This style is used to show information about the fossil record of the species shown but makes it difficult to identify relationships. The blobby tree shown here depicts the relationships among ants, flies, butterflies, and beetles, and has a timescale. This diagram has the following basic features:
- An arrow showing that evolutionary time flows from the bottom root of the tree (earlier times) towards the top tips (more recent times).
- A root at the bottom from which the other branches emanate. The root represents the ancestor that all the lineages on the tree have in common.
- A branching pattern. The tree shown here depicts a root with ants, then flies and butterflies, and then beetles splitting off. The branching pattern represents evolutionary relationships. It tells you how closely related different groups are. However, this tree makes it difficult to identify details of the branching pattern. All the insect groups here are related to one another, but it is hard to know exactly how.
- Branching points. Branching points represent the ancestor that all the lineages whose branches join at that point have in common. Three branching points on the tree are highlighted. However, this tree makes it difficult to identify branching points.
- Tips. Tips represent groups of organisms. On the tree, the icons depicting ants, flies, butterflies, and beetles are each highlighted. Here, each tip is a major group of insects.
Buttons at the bottom are labeled “advanced tree features” and “animated video.” A button at the top is labeled “select a tree.”
This style is used to show information about the fossil record of the species shown but makes it difficult to identify relationships. The blobby tree shown here depicts the relationships among four unspecified groups of organisms. The tree has a vertical timescale running from 200 million years ago at the root of the tree to 0 million years ago at the top of the tree. This diagram has the following advanced features:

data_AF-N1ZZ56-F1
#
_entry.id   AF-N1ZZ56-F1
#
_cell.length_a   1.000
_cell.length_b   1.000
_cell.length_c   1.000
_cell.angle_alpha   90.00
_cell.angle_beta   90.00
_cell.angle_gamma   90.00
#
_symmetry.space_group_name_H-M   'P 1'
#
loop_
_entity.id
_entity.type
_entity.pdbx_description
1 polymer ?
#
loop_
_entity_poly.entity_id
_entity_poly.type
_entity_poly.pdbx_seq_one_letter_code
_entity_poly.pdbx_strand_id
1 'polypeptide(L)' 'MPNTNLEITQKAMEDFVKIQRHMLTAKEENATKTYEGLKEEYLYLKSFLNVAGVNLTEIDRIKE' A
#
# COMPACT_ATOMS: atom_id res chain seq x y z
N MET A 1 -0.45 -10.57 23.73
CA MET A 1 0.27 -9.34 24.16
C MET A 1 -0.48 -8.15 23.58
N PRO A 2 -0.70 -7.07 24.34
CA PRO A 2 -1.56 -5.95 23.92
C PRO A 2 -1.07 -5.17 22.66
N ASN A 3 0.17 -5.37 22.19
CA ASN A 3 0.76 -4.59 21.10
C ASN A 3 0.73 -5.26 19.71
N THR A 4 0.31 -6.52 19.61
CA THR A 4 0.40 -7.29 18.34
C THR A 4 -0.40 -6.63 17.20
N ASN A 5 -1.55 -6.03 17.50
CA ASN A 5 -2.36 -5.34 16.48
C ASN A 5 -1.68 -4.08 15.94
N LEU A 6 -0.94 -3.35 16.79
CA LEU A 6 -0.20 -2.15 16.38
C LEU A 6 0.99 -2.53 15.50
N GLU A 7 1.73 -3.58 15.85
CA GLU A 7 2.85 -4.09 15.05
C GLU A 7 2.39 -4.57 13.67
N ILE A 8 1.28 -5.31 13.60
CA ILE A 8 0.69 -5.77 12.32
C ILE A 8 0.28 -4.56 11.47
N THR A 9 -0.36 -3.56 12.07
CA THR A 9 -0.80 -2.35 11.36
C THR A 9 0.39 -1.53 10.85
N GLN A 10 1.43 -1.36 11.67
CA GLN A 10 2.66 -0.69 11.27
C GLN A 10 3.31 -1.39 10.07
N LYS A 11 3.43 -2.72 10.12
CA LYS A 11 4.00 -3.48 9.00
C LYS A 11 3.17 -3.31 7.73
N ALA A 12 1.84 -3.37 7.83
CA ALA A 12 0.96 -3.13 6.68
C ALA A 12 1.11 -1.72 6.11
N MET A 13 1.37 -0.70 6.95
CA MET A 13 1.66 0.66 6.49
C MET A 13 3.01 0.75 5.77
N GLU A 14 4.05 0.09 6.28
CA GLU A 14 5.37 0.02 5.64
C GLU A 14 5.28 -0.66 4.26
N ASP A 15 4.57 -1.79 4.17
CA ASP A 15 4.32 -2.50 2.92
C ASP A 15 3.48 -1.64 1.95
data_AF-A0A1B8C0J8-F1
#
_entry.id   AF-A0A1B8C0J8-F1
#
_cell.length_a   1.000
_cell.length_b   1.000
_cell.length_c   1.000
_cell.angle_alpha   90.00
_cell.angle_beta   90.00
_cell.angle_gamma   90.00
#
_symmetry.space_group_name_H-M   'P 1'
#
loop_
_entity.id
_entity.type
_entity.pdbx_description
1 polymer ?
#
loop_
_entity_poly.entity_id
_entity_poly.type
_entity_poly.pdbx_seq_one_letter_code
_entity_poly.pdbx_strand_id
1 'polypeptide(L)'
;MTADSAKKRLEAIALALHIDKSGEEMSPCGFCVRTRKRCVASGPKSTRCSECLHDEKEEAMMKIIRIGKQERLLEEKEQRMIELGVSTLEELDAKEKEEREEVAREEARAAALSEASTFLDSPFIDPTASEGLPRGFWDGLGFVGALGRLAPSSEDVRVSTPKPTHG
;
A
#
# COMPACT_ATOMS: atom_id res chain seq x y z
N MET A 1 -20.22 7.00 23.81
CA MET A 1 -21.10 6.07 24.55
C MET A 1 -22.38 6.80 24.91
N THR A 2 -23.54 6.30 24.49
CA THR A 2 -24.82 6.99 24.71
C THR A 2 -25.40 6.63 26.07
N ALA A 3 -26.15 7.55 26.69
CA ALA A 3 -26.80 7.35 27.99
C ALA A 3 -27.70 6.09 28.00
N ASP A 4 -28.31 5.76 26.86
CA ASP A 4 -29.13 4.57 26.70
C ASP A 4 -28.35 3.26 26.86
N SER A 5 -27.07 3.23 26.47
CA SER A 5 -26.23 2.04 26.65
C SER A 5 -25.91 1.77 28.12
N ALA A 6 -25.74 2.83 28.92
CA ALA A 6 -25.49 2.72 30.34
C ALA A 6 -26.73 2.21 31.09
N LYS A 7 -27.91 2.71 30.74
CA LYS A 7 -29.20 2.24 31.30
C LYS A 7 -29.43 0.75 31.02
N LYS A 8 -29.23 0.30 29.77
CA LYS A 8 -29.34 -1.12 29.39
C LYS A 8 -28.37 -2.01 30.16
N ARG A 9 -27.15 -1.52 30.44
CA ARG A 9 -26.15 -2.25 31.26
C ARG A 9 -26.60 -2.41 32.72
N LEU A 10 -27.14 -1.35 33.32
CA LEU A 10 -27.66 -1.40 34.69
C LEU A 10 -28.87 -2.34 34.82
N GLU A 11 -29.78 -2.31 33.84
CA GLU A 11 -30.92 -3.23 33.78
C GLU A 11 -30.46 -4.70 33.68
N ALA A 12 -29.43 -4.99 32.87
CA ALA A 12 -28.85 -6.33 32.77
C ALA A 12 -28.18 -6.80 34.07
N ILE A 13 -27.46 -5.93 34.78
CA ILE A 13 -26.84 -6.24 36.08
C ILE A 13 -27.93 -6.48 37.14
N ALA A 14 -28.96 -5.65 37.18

- Highlighted group or name on a lineage. “Name of group” is boxed, highlighted, and appears on an upper branch and the lower trunk of the tree. When a name is written on or near lineages, it indicates that those lineages belong to the same named group. However, this tree sometimes has multiple named groups shown within the same branch, making it hard to understand the relationships among those groups.
- Varying branch width. The top part of the tree, which has branches of varying widths, is highlighted. Varying branch width usually indicates the diversity of that lineage. Wider branches indicate greater diversity.
- Varying branch length with timescale. A set of related branches on the tree are highlighted. Varying branch length with a timescale indicates when different lineages split or extinction events occurred.
- Bold vertical lines. Three bold vertical rectangles positioned on different branches of the tree are highlighted. Bars placed on lineages usually indicate the time period over which fossils from that lineage are known.
- Differently colored branches. Two terminal lineages and the branching point at which they meet are colored red, in contrast to the rest of the tree. This usually indicates that a particular feature evolved and was inherited by the highlighted lineages. It can also mean that the highlighted branches share the same name.
Buttons at the bottom are labeled “basic tree features” and “animated video.” A button at the top is labeled “select a tree.”
An animated video shows these different styles of branching diagram morphing into another. Each diagram depicts the relationships among ants, flies, butterflies, and beetles. All evolutionary trees, no matter what they look like, represent the same thing: evolutionary relationships.
Buttons at the bottom are labeled “basic tree features” and “advanced tree features.” A button at the top is labeled “select a tree.”